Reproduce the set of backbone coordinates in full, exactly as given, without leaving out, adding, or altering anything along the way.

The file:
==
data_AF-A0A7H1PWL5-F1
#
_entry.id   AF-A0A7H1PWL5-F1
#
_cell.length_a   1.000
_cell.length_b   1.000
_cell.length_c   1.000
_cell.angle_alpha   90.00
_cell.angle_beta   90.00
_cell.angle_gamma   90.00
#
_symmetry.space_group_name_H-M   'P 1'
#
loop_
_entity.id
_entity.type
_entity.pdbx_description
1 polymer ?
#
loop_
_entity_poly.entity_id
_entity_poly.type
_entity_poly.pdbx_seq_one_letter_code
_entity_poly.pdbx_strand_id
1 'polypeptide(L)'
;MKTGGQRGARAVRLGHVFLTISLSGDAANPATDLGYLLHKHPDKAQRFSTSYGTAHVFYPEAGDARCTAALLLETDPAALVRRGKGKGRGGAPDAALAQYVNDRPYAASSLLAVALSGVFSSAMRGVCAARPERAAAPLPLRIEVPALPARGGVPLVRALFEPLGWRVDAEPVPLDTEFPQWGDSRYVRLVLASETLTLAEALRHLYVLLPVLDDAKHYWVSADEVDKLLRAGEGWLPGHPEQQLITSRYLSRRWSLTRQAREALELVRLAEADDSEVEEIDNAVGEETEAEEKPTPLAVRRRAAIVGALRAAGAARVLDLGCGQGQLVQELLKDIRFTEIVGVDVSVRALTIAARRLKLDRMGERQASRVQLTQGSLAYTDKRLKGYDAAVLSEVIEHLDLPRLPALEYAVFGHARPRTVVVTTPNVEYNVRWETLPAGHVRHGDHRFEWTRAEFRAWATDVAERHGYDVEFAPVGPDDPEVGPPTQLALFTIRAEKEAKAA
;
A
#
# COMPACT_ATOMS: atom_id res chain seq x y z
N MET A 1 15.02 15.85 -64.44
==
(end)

data_AF-A0A7H1PWL5-F1
#
_entry.id   AF-A0A7H1PWL5-F1
#
_cell.length_a   1.000
_cell.length_b   1.000
_cell.length_c   1.000
_cell.angle_alpha   90.00
_cell.angle_beta   90.00
_cell.angle_gamma   90.00
#
_symmetry.space_group_name_H-M   'P 1'
#
loop_
_entity.id
_entity.type
_entity.pdbx_description
1 polymer ?
#
loop_
_entity_poly.entity_id
_entity_poly.type
_entity_poly.pdbx_seq_one_letter_code
_entity_poly.pdbx_strand_id
1 'polypeptide(L)'
;MKTGGQRGARAVRLGHVFLTISLSGDAANPATDLGYLLHKHPDKAQRFSTSYGTAHVFYPEAGDARCTAALLLETDPAALVRRGKGKGRGGAPDAALAQYVNDRPYAASSLLAVALSGVFSSAMRGVCAARPERAAAPLPLRIEVPALPARGGVPLVRALFEPLGWRVDAEPVPLDTEFPQWGDSRYVRLVLASETLTLAEALRHLYVLLPVLDDAKHYWVSADEVDKLLRAGEGWLPGHPEQQLITSRYLSRRWSLTRQAREALELVRLAEADDSEVEEIDNAVGEETEAEEKPTPLAVRRRAAIVGALRAAGAARVLDLGCGQGQLVQELLKDIRFTEIVGVDVSVRALTIAARRLKLDRMGERQASRVQLTQGSLAYTDKRLKGYDAAVLSEVIEHLDLPRLPALEYAVFGHARPRTVVVTTPNVEYNVRWETLPAGHVRHGDHRFEWTRAEFRAWATDVAERHGYDVEFAPVGPDDPEVGPPTQLALFTIRAEKEAKAA
;
A
#
# COMPACT_ATOMS: atom_id res chain seq x y z
N MET A 1 15.02 15.85 -64.44